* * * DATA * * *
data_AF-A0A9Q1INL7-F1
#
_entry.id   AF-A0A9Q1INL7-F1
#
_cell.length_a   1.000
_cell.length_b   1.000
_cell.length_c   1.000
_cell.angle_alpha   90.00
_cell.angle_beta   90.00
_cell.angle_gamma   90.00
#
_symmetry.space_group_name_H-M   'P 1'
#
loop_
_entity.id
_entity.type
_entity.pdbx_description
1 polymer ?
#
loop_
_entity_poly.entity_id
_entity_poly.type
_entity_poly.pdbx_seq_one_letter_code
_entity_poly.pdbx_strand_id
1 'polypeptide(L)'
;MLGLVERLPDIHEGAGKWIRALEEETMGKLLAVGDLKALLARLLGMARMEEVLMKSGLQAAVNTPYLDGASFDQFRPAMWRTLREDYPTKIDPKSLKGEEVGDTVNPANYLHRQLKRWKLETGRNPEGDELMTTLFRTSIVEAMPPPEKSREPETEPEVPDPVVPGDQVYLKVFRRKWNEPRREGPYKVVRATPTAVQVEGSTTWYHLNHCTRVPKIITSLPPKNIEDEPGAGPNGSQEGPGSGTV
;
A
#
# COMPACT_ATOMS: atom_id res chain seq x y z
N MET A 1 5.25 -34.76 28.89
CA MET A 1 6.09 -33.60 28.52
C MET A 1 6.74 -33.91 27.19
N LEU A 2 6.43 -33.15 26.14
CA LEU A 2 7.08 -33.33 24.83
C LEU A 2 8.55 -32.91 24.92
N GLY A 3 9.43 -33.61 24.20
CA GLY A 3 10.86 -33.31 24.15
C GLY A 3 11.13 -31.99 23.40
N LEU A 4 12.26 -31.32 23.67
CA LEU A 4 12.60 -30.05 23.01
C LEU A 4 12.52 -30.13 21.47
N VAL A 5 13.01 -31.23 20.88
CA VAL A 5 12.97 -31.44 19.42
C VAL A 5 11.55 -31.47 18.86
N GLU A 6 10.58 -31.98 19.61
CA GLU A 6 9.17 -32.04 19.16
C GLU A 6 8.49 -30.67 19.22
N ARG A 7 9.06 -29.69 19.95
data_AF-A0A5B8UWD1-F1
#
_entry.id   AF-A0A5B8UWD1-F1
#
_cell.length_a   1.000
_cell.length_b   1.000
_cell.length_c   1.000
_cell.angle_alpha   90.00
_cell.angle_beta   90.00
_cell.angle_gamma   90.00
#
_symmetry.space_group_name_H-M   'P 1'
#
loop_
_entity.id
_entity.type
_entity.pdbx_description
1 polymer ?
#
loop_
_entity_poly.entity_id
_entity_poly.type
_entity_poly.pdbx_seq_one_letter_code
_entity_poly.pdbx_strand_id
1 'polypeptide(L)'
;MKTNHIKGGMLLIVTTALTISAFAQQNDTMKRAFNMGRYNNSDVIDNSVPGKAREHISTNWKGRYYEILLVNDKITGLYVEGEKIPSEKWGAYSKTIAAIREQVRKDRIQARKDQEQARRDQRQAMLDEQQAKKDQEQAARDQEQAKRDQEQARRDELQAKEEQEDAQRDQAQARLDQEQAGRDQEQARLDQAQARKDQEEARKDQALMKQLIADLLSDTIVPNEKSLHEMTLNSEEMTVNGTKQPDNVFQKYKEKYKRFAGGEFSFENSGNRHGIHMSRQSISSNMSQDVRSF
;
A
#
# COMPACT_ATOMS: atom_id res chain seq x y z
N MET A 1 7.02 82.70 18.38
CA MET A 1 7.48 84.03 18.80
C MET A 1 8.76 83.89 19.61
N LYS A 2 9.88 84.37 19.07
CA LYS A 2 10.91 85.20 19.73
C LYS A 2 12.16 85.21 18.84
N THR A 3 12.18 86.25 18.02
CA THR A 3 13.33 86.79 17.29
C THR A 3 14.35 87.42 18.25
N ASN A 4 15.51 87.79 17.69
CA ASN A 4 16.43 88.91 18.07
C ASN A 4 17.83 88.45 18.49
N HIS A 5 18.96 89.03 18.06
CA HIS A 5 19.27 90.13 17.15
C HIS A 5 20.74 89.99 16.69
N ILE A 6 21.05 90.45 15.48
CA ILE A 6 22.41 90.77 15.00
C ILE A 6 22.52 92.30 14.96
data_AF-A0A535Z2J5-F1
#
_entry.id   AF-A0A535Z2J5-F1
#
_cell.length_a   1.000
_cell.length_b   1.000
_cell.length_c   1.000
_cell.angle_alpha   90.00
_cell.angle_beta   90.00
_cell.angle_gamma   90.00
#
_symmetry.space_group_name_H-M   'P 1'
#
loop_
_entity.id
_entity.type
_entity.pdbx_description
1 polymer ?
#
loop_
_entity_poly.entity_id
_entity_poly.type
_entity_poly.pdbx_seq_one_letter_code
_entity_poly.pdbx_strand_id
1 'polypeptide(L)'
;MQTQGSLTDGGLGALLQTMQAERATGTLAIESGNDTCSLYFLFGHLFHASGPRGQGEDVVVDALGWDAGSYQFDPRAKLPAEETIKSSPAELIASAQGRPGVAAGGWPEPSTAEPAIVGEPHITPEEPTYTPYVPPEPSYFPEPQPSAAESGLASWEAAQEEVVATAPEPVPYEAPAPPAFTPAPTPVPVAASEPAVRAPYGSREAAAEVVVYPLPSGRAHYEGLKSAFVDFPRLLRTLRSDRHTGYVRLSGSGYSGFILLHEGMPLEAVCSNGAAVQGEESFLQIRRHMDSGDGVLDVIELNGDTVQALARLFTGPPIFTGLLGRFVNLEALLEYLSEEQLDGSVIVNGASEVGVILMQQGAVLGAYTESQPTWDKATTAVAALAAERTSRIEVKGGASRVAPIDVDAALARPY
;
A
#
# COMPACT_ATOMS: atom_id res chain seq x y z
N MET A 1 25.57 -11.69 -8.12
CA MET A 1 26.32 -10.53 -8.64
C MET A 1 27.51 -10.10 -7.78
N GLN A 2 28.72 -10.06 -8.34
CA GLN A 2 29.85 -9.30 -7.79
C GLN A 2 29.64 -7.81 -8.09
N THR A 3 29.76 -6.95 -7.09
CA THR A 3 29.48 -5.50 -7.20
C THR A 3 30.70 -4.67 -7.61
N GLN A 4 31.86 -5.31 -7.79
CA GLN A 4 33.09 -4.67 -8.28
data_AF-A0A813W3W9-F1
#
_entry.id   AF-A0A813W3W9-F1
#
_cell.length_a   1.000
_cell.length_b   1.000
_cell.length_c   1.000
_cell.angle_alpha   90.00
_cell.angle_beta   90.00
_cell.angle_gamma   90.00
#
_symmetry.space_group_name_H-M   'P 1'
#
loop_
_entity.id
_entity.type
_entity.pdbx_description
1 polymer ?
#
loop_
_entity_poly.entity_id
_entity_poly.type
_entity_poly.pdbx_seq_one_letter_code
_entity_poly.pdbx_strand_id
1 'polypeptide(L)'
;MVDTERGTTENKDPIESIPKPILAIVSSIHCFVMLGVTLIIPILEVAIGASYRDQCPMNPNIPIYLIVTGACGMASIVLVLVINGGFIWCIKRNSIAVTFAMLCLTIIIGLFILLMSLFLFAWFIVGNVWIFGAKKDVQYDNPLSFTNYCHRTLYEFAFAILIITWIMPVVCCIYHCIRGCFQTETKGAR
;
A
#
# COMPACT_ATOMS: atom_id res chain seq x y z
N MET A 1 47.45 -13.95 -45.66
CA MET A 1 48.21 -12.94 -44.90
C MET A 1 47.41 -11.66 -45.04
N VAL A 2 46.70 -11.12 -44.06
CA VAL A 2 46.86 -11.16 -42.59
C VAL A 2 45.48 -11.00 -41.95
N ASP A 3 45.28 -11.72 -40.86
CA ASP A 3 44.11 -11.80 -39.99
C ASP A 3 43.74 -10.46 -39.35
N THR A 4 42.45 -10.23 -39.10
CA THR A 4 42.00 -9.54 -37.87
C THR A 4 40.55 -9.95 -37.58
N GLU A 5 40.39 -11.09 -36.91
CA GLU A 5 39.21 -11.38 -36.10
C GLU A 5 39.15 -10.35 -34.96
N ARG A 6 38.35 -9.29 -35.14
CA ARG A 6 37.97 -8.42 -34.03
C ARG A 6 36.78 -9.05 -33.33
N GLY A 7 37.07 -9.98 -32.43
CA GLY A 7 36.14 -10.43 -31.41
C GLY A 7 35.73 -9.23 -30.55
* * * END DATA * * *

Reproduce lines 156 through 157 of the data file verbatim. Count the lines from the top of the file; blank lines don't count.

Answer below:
1 polymer ?
#